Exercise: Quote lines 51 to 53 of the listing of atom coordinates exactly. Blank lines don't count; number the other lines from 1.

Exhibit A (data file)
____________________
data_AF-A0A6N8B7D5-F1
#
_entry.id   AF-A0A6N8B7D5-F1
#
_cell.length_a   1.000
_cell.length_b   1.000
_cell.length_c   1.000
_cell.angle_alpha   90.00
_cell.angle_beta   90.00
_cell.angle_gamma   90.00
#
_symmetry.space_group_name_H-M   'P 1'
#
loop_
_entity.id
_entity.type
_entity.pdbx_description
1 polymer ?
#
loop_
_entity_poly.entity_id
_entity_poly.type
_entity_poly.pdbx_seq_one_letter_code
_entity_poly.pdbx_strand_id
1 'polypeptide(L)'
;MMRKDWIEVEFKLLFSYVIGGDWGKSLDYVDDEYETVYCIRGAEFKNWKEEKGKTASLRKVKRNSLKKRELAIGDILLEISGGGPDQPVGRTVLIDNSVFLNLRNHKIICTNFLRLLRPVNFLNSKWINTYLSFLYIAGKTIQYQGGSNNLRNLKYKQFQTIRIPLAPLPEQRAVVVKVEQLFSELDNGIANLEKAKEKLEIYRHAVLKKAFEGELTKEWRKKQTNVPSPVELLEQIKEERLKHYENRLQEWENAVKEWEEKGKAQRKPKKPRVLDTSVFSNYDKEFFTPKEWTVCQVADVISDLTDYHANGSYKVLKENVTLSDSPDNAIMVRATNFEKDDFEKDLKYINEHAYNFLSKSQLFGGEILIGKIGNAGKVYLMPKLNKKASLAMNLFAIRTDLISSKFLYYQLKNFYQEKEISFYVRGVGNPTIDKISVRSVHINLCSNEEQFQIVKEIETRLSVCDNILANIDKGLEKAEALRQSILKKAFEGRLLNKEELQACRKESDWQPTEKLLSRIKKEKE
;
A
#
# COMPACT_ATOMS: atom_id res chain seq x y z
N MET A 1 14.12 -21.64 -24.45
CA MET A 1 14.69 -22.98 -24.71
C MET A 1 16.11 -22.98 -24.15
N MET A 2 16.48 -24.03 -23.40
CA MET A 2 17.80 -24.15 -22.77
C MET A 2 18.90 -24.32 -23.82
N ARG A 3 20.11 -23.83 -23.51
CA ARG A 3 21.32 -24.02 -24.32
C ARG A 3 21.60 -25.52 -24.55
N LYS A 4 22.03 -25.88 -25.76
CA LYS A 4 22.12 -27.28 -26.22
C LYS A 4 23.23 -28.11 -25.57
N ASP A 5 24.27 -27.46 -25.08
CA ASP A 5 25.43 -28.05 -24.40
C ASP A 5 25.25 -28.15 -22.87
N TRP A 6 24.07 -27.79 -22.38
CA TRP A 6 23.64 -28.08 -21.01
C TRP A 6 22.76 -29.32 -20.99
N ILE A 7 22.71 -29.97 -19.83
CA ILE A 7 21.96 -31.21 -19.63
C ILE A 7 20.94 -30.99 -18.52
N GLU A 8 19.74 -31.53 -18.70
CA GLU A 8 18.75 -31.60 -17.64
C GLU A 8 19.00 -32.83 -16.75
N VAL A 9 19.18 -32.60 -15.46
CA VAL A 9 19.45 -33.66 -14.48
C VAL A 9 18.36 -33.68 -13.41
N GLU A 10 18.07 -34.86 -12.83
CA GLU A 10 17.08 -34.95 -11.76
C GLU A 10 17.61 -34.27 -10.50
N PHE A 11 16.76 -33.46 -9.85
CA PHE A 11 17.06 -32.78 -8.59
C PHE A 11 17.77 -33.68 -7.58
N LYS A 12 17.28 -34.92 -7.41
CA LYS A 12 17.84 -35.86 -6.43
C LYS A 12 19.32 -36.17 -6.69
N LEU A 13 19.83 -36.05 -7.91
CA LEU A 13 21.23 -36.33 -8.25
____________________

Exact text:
C ILE A 7 20.94 -30.99 -18.52
N GLU A 8 19.74 -31.53 -18.70
CA GLU A 8 18.75 -31.60 -17.64